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Which Way Wednesday – Fed Up Edition

I don’t know what Fed minutes the market red yesterday but the ones I read scared me!

As usual, I went through the minutes in Member Chat (and there’s a highlighted version in Seeking Alpha minus my color-coding) and the red (negative) statements are far outnumbering the green (shoots) in the minutes including little blow-offs like "the Federal Reserve’s total assets had risen to about $2.3 trillion" and "the Desk had been reinvesting all maturing Treasury securities by exchanging those holdings for newly issued Treasury securities" which, if you put them together in non-BS language, pretty much says: "Of the $1.3Tn in Treasuries sold in 2009, it’s hard to see how the Fed bought less than half of them, maybe closer to all of them since we rolled our short-term paper over each time, therefore buying much more than it seems."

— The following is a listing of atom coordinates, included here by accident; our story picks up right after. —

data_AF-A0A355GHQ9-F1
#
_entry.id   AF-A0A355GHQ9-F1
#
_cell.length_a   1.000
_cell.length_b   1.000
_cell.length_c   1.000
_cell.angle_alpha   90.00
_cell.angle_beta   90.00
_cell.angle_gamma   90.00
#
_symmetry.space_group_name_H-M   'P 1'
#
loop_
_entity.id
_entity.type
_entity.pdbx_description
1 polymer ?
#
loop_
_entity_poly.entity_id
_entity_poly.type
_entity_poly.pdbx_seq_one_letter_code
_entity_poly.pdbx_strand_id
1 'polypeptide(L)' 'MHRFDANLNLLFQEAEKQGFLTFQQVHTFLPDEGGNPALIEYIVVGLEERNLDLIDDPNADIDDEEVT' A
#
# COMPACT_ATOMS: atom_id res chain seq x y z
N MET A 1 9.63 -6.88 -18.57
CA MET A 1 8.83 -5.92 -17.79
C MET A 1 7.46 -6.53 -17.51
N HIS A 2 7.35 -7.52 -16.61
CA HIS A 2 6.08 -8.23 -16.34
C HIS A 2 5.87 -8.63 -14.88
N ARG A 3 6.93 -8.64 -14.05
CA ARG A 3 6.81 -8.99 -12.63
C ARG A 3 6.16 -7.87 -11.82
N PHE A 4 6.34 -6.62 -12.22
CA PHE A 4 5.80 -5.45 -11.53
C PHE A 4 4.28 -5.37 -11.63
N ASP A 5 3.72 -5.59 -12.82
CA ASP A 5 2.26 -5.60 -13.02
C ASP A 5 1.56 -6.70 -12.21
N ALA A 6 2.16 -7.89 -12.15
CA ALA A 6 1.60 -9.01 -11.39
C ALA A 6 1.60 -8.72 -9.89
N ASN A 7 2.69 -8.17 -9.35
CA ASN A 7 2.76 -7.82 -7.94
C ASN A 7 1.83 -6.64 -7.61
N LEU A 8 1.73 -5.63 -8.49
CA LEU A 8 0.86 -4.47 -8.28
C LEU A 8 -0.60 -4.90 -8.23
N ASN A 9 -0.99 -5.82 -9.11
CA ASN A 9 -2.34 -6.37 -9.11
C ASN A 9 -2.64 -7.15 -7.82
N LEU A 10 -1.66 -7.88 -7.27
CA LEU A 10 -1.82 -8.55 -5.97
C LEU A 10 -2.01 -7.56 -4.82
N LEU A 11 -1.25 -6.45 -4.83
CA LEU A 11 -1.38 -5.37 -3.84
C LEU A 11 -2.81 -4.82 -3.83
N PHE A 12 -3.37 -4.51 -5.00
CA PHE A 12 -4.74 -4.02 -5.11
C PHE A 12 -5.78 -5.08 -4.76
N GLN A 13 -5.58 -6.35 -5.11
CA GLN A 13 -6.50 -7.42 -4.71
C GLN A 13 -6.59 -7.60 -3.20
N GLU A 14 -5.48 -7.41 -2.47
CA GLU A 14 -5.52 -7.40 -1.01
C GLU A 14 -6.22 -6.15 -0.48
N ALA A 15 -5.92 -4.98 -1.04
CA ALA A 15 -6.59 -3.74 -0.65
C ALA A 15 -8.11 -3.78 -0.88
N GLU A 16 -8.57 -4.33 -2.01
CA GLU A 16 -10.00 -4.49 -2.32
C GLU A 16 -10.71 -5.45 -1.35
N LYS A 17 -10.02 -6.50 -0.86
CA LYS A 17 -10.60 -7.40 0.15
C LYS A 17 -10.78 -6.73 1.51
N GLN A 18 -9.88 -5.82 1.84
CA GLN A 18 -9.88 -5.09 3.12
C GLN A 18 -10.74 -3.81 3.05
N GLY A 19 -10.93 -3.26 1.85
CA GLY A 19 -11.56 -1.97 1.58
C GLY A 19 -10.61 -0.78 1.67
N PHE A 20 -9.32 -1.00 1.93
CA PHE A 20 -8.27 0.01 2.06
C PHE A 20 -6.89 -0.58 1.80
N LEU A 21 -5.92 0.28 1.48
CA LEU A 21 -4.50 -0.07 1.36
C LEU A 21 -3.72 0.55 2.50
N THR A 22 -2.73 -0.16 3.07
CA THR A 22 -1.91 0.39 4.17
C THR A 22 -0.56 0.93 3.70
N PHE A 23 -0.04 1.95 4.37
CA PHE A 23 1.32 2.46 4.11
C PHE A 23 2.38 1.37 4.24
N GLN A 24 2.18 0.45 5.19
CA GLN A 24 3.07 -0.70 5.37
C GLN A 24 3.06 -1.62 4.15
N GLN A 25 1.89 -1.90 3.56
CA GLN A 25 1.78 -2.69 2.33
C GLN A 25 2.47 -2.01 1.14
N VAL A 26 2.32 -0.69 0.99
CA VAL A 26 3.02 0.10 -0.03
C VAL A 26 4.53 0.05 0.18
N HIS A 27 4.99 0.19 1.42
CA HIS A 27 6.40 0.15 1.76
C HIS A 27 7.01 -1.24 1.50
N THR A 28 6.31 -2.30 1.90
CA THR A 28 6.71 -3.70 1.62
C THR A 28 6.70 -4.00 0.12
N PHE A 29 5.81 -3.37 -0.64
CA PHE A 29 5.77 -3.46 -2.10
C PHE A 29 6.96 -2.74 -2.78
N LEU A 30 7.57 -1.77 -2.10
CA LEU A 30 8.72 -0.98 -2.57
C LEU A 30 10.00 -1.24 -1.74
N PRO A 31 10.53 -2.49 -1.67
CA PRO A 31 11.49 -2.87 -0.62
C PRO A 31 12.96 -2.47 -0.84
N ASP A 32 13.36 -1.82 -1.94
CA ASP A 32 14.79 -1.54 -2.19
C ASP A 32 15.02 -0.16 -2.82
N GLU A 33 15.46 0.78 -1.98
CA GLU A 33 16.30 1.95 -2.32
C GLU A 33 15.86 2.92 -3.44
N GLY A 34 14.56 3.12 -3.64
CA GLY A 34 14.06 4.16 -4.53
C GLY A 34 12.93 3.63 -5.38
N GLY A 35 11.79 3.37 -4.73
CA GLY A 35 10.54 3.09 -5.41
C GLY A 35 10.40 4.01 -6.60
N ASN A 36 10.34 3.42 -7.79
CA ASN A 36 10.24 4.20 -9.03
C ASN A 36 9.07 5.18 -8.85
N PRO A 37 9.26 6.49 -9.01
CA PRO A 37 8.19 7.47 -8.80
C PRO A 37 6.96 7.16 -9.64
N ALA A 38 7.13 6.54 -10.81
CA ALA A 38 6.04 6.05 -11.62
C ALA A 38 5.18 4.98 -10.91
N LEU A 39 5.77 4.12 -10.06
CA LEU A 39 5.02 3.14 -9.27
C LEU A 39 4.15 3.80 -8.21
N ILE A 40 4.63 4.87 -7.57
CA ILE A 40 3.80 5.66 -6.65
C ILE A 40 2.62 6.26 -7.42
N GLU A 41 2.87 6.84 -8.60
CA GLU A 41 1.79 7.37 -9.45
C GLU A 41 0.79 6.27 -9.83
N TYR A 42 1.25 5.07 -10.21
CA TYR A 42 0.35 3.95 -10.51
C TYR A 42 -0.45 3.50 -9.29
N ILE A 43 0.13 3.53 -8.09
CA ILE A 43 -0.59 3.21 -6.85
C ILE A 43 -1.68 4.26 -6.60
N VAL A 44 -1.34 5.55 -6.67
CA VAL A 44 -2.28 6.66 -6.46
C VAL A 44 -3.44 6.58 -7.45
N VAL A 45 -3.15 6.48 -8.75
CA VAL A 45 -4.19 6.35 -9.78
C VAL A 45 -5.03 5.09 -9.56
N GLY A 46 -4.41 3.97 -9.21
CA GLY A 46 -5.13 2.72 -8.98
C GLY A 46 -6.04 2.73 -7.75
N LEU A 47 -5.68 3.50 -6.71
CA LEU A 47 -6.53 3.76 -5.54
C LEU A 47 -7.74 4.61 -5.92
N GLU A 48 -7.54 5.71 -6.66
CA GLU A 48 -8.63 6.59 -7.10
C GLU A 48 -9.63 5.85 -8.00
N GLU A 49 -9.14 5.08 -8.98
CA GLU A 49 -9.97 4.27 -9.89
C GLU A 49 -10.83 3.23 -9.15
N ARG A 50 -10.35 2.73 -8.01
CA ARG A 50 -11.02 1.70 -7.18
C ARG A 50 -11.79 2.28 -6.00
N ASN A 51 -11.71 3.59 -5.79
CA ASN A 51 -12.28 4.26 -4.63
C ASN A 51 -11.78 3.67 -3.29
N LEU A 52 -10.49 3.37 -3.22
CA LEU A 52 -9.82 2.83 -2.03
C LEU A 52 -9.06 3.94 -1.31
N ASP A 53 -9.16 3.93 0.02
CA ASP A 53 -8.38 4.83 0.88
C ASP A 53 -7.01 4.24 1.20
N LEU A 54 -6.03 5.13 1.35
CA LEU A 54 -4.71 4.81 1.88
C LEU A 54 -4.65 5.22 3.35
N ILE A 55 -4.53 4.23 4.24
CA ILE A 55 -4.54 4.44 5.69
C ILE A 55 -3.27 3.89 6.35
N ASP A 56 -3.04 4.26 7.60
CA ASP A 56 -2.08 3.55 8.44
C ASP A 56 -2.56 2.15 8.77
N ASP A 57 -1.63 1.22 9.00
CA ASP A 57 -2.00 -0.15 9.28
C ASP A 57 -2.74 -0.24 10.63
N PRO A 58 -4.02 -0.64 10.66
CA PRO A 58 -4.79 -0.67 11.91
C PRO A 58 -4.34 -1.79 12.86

Once again, the finger is pointed sqarely at Commercial Real Estate as, according to the minutes: "Conditions in the nonresidential construction sector generally remained poor. Real outlays on structures outside of the drilling and mining sector fell again in the fourth quarter, and nominal expenditures dropped further in January. The weakness was widespread across categories and likely reflected rising vacancy rates, falling property prices, and difficult financing conditions for new projects."  In a real economy, that statement alone would send investors running for the exits but we also got these three – all in a row:

The dollar value of commercial real estate sales remained very low in February, and the share of properties sold at a nominal loss inched higher. The delinquency rate on commercial mortgages in securitized pools increased in January, and the delinquency rate on commercial mortgages at commercial banks rose in the fourth quarter. The percentage of delinquent construction loans at banks also ticked higher in the fourth quarter.